NIR-RAFI was used to estimate RPE melanin integrity in patients with USH3A (Fig. 3A) , and the results were compared with images from patients with USH2A (Fig. 3B) . Normal NIR-RAFI shows a circular region (∼2-mm diameter) of higher brightness centered at the fovea, surrounded by a lower brightness signal across most of the retina; retinal blood vessels and the optic nerve head appear darker (Fig. 3 , bottom right). USH3A patient F3,P1 (age 33) showed NIR-RAFI topography with a central elliptical region of relatively high autofluorescence signal and a transition to lower signal more peripherally (Fig. 3A) . This pattern has been observed in patients with RP of unknown genotype and in patients with LCA caused by CEP290 mutations and corresponds to the central retinal region of relative preservation. 28 NIR-RAFI topography in USH3A patient F2,P1 (age 28) showed central annuli of alternating intensity. Notable was the parafoveal ring of higher autofluorescence and a transition from a relatively homogenous region to more heterogeneity at an eccentricity of ∼2.5 mm. F6,P1 (age 36) had only a small (∼1-mm diameter), irregular central island of relatively high signal surrounded by a parafoveal ring of negligible signal surrounded by a relatively low signal. There was an approximately circular transition (at ∼2.5 mm eccentricity) from a homogenous-appearing signal to a distinctly choroidal-appearing signal, suggesting a major loss of RPE melanin. F8,P1 (data not shown) had a pattern of results similar to those of F6,P1. Patients with USH2A (n = 4; age range, 22–57 years) were also studied. F3,P1 and F17,P1 differed in age by approximately 35 years but showed a similar pattern of NIR-RAFI topography with a central high autofluorescence signal and an elliptical boundary transition to a low signal more peripherally. NIR-RAFI topography in USH2A patients F4,P1 (age 39) and F15,P1 (age 48) were similar in intensity and pattern to USH3A patients F2,P1 and F6,P1, respectively, suggesting an overlap of RPE disease phenotype at some stages of USH2A and USH3A disease. Quantitation of the NIR-RAFI intensity along the horizontal meridian shows greater retention of melanin fluorescence and RPE health in central regions of both USH3A and USH2A patients.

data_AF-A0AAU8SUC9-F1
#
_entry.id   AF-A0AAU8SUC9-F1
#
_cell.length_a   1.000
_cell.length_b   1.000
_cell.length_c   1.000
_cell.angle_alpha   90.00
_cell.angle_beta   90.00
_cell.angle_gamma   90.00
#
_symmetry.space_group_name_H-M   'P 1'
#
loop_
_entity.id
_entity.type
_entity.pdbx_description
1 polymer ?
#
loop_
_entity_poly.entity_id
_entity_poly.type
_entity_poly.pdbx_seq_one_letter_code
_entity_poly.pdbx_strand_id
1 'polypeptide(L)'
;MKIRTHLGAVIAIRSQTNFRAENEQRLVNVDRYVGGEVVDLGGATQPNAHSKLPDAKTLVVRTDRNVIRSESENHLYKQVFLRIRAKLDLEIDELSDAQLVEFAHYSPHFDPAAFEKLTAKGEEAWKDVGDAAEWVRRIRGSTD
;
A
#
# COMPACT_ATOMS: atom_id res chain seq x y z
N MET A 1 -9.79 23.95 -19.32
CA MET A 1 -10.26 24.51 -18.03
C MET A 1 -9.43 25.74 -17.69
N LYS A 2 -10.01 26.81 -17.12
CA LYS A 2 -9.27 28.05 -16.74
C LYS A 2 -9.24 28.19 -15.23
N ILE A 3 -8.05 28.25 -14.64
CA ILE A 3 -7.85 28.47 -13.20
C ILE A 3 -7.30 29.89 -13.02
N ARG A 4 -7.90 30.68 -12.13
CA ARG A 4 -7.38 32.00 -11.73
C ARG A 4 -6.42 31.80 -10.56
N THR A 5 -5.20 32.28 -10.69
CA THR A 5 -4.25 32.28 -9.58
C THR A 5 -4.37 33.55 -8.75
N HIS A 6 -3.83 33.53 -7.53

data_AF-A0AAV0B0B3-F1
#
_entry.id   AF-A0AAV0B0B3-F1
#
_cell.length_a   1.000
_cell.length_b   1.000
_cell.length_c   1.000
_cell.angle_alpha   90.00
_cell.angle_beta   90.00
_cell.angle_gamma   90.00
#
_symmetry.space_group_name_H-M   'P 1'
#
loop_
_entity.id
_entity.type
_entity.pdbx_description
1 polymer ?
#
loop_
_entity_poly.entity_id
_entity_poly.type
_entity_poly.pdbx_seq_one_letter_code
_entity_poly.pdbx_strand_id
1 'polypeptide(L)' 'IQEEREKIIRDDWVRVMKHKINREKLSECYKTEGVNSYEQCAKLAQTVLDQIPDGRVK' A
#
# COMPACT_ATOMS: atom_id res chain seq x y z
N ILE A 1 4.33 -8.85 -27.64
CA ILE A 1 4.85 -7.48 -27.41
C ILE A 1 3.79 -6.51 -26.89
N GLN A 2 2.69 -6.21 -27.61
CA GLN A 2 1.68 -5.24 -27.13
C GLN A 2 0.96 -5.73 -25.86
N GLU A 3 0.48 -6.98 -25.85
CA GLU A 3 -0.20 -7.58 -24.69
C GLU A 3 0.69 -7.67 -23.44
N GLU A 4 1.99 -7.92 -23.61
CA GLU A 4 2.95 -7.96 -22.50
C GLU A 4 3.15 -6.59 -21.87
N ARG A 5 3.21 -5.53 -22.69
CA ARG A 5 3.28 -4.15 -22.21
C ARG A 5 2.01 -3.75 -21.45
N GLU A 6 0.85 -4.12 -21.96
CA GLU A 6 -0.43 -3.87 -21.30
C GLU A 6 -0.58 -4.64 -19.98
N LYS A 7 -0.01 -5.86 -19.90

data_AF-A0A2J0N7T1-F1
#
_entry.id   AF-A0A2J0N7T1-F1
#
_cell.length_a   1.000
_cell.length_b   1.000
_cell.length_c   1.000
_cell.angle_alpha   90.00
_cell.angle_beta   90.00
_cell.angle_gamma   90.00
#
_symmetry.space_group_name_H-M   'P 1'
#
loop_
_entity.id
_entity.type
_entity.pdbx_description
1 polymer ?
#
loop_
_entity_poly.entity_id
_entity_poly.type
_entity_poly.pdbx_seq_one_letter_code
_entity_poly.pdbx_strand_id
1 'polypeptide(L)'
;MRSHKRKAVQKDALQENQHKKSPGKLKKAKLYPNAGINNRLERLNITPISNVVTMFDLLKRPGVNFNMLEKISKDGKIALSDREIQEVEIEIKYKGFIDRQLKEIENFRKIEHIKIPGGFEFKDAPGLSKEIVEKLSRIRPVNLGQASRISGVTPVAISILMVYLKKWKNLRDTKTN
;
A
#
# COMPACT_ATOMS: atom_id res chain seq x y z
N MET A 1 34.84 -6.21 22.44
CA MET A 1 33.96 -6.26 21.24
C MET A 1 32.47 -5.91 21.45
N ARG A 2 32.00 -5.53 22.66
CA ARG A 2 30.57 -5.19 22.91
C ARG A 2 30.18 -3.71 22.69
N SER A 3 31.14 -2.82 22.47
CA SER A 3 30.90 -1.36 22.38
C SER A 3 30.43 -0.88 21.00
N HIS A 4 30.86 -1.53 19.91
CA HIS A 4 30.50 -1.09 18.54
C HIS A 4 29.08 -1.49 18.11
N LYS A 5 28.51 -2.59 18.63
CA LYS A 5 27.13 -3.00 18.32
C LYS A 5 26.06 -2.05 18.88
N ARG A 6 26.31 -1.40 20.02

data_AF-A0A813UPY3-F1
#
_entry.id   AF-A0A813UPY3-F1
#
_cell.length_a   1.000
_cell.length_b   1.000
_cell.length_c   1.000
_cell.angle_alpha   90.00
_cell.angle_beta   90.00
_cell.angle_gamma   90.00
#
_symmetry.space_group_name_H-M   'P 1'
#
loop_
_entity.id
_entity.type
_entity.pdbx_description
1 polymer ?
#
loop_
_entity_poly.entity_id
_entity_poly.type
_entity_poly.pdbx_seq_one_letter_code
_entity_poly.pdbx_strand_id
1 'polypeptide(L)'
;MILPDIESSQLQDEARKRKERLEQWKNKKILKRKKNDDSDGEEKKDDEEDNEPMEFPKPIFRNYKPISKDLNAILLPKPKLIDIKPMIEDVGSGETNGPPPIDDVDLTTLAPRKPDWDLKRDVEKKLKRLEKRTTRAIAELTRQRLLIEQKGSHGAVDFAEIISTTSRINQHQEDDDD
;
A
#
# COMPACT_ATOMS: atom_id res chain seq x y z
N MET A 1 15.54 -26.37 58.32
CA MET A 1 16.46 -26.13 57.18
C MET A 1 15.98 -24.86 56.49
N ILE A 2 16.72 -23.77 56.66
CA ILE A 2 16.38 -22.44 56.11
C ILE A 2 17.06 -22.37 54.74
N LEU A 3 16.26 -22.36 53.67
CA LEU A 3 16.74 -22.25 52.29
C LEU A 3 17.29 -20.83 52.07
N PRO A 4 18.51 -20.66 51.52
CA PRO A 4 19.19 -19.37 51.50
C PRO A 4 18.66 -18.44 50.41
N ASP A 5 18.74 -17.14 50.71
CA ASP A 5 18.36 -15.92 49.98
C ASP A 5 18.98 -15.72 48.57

Topographical maps across an expanse of central retina illustrate ONL and inner retinal thickness in a normal subject (Fig. 4A)and two patients with USH3A (Figs. 4B 4C) . In the normal retina, the ONL peaked centrally and declined with distance from the fovea; parafoveal thinning was more gradual in the superior retina. F2,P1 (age 28) retained a central island of ONL with a small central peak that was normal in thickness (Fig. 4B , inset). This island was surrounded by an undetectable photoreceptor layer and then a detectable but abnormally reduced ONL near the vascular arcades. F6,P1 (age 36) showed a small central peak of reduced ONL thickness surrounded by regions of nonmeasurable or minimally detectable ONL (Fig. 4C) . Inner retinal thickness topography in the normal retina showed a foveal depression surrounded by an annulus of increased thickness and also a crescent of greater thickness extending toward the optic nerve. The patients with USH3A showed inner retinal thickness that was greater than normal, except at the fovea and surrounding the optic nerve (Fig. 4B 4C) . The 36-year-old patient showed greater thickness of the inner retina than did the 28-year-old patient.